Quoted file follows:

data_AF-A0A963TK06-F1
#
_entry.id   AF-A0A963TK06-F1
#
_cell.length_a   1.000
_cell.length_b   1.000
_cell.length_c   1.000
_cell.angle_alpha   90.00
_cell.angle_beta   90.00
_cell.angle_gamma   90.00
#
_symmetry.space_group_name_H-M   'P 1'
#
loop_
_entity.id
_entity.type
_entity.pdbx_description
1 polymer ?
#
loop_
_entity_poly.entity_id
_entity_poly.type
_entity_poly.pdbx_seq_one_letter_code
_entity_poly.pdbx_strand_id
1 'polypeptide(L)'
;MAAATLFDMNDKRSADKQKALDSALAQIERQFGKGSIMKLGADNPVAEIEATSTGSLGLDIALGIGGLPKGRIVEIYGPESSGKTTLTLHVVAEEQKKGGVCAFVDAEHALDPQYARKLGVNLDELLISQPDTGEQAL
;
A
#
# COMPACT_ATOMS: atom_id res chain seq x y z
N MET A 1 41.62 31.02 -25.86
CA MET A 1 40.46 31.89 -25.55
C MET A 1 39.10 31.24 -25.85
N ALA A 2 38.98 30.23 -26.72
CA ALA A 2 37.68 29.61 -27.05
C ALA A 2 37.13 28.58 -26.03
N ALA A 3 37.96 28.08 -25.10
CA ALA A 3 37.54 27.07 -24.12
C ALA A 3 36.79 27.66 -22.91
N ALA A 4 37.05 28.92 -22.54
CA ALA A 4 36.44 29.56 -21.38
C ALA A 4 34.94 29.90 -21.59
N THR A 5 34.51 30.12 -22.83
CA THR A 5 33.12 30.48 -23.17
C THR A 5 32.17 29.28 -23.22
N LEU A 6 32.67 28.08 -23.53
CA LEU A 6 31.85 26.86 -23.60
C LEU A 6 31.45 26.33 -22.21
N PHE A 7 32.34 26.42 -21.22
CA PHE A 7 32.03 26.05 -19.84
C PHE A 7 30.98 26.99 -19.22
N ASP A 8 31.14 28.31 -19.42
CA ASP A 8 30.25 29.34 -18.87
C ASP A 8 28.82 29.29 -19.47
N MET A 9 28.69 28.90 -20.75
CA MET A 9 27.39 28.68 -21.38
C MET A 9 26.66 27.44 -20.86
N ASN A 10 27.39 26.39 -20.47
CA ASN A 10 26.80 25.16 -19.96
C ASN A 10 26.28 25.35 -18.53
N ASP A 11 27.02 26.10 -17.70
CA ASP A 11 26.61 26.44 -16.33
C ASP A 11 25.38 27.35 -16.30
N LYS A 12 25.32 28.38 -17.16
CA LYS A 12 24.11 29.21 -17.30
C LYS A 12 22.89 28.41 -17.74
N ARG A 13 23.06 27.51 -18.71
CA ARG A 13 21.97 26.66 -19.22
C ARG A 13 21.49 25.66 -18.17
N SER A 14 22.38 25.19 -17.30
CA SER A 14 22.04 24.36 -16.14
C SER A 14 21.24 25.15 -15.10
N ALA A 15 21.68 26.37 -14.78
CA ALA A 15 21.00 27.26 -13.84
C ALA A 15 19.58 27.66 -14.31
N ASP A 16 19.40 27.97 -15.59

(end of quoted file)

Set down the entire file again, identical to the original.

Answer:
data_AF-A0A963TK06-F1
#
_entry.id   AF-A0A963TK06-F1
#
_cell.length_a   1.000
_cell.length_b   1.000
_cell.length_c   1.000
_cell.angle_alpha   90.00
_cell.angle_beta   90.00
_cell.angle_gamma   90.00
#
_symmetry.space_group_name_H-M   'P 1'
#
loop_
_entity.id
_entity.type
_entity.pdbx_description
1 polymer ?
#
loop_
_entity_poly.entity_id
_entity_poly.type
_entity_poly.pdbx_seq_one_letter_code
_entity_poly.pdbx_strand_id
1 'polypeptide(L)'
;MAAATLFDMNDKRSADKQKALDSALAQIERQFGKGSIMKLGADNPVAEIEATSTGSLGLDIALGIGGLPKGRIVEIYGPESSGKTTLTLHVVAEEQKKGGVCAFVDAEHALDPQYARKLGVNLDELLISQPDTGEQAL
;
A
#
# COMPACT_ATOMS: atom_id res chain seq x y z
N MET A 1 41.62 31.02 -25.86
CA MET A 1 40.46 31.89 -25.55
C MET A 1 39.10 31.24 -25.85
N ALA A 2 38.98 30.23 -26.72
CA ALA A 2 37.68 29.61 -27.05
C ALA A 2 37.13 28.58 -26.03
N ALA A 3 37.96 28.08 -25.10
CA ALA A 3 37.54 27.07 -24.12
C ALA A 3 36.79 27.66 -22.91
N ALA A 4 37.05 28.92 -22.54
CA ALA A 4 36.44 29.56 -21.38
C ALA A 4 34.94 29.90 -21.59
N THR A 5 34.51 30.12 -22.83
CA THR A 5 33.12 30.48 -23.17
C THR A 5 32.17 29.28 -23.22
N LEU A 6 32.67 28.08 -23.53
CA LEU A 6 31.85 26.86 -23.60
C LEU A 6 31.45 26.33 -22.21
N PHE A 7 32.34 26.42 -21.22
CA PHE A 7 32.03 26.05 -19.84
C PHE A 7 30.98 26.99 -19.22
N ASP A 8 31.14 28.31 -19.42
CA ASP A 8 30.25 29.34 -18.87
C ASP A 8 28.82 29.29 -19.47
N MET A 9 28.69 28.90 -20.75
CA MET A 9 27.39 28.68 -21.38
C MET A 9 26.66 27.44 -20.86
N ASN A 10 27.39 26.39 -20.47
CA ASN A 10 26.80 25.16 -19.96
C ASN A 10 26.28 25.35 -18.53
N ASP A 11 27.02 26.10 -17.70
CA ASP A 11 26.61 26.44 -16.33
C ASP A 11 25.38 27.35 -16.30
N LYS A 12 25.32 28.38 -17.16
CA LYS A 12 24.11 29.21 -17.30
C LYS A 12 22.89 28.41 -17.74
N ARG A 13 23.06 27.51 -18.71
CA ARG A 13 21.97 26.66 -19.22
C ARG A 13 21.49 25.66 -18.17
N SER A 14 22.38 25.19 -17.30
CA SER A 14 22.04 24.36 -16.14
C SER A 14 21.24 25.15 -15.10
N ALA A 15 21.68 26.37 -14.78
CA ALA A 15 21.00 27.26 -13.84
C ALA A 15 19.58 27.66 -14.31
N ASP A 16 19.40 27.97 -15.59